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ARTICLE |

The Cunningham Case And Blood Usage

Takashi Okuno, MD
JAMA. 1972;220(7):1015. doi:10.1001/jama.1972.03200070103028.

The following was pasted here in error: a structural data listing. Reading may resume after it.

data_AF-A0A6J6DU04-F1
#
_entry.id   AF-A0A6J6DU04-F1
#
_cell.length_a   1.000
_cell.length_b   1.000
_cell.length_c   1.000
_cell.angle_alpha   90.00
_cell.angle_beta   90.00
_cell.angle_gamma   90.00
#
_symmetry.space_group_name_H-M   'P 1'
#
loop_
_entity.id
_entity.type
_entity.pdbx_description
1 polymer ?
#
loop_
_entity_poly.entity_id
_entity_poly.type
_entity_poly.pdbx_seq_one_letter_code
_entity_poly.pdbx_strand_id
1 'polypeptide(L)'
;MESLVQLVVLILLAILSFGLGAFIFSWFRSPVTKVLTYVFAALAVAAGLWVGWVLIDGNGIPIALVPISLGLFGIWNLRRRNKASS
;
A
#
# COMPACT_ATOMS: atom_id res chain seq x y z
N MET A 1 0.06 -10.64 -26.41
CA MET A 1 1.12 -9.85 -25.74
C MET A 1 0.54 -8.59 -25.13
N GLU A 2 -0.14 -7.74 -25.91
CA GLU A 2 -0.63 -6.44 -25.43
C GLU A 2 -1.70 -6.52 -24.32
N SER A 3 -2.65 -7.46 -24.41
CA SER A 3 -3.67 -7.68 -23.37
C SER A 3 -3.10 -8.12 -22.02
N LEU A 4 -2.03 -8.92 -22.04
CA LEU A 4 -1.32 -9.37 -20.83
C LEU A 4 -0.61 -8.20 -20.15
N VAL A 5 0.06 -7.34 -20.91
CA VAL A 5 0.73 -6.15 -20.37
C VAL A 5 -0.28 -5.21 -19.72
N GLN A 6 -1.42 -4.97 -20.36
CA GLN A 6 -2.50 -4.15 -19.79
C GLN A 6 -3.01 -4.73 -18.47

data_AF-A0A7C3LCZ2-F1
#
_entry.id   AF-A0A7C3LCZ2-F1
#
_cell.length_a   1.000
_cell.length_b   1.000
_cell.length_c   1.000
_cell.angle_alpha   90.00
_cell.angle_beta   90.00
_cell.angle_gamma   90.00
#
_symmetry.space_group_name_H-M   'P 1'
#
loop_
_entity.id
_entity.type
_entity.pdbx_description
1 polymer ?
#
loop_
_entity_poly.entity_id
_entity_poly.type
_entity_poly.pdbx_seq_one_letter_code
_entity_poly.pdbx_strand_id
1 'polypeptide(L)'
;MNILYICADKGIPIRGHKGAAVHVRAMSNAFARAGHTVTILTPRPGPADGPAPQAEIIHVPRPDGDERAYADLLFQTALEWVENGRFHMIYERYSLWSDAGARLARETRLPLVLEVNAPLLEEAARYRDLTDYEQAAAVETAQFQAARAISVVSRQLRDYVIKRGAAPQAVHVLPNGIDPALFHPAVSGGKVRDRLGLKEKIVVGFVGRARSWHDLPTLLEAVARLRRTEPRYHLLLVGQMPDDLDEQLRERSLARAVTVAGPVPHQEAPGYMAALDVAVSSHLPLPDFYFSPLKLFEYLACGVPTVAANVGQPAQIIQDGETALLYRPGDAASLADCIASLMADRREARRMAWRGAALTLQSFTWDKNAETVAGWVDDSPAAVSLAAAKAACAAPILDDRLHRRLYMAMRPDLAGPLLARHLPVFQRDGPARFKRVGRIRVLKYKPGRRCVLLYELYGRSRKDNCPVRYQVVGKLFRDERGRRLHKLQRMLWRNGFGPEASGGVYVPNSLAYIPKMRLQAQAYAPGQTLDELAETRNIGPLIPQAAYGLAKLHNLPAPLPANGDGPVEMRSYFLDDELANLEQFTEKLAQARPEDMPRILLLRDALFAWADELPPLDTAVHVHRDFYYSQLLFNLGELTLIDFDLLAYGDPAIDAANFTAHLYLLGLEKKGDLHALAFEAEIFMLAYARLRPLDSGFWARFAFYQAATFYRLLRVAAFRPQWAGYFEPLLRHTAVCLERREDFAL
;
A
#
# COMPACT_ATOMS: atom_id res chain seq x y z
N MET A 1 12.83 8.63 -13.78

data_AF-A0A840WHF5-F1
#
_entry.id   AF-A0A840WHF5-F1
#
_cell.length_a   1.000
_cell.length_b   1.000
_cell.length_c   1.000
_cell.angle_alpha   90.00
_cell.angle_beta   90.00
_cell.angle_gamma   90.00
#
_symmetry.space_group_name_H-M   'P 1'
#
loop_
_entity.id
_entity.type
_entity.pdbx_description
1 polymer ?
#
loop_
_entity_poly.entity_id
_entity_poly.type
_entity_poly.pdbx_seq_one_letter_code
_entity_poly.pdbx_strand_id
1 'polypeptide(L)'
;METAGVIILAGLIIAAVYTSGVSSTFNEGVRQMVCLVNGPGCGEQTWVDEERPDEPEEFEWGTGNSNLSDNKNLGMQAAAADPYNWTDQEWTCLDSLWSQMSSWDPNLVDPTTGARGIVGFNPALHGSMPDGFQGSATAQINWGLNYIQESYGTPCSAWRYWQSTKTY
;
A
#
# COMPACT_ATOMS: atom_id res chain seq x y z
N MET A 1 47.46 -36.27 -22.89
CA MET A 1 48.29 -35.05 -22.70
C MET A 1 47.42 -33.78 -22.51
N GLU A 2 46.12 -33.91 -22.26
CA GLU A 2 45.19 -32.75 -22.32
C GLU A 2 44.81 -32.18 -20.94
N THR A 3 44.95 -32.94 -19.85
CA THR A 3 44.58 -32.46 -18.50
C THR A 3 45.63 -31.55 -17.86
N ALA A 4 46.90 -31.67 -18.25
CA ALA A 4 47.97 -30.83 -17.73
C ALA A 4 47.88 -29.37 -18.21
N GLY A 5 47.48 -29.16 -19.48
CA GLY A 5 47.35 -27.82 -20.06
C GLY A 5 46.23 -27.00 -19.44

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To the Editor.—  Court decisions of medicolegal cases, in general, have resulted in a great influence on the quality of a patient's care. In the field of blood banking, an impact by a medicolegal case has been no exception to this. In the Cunningham case in October 1970, a hospital was held strictly liable to a patient who allegedly contracted hepatitis after a blood transfusion. This has had national repercussions. The impact has been especially great on our hospital, a 675-bed general hospital, located within 20 miles of the hospital in which the case took place. In view of this, a study was made to evaluate the scope and extent of the effects of the case on blood usage in our hospital.The study included assessment of 341 charts of patients who received single-unit transfusions in the past three years. In addition, data were collected from the records of the

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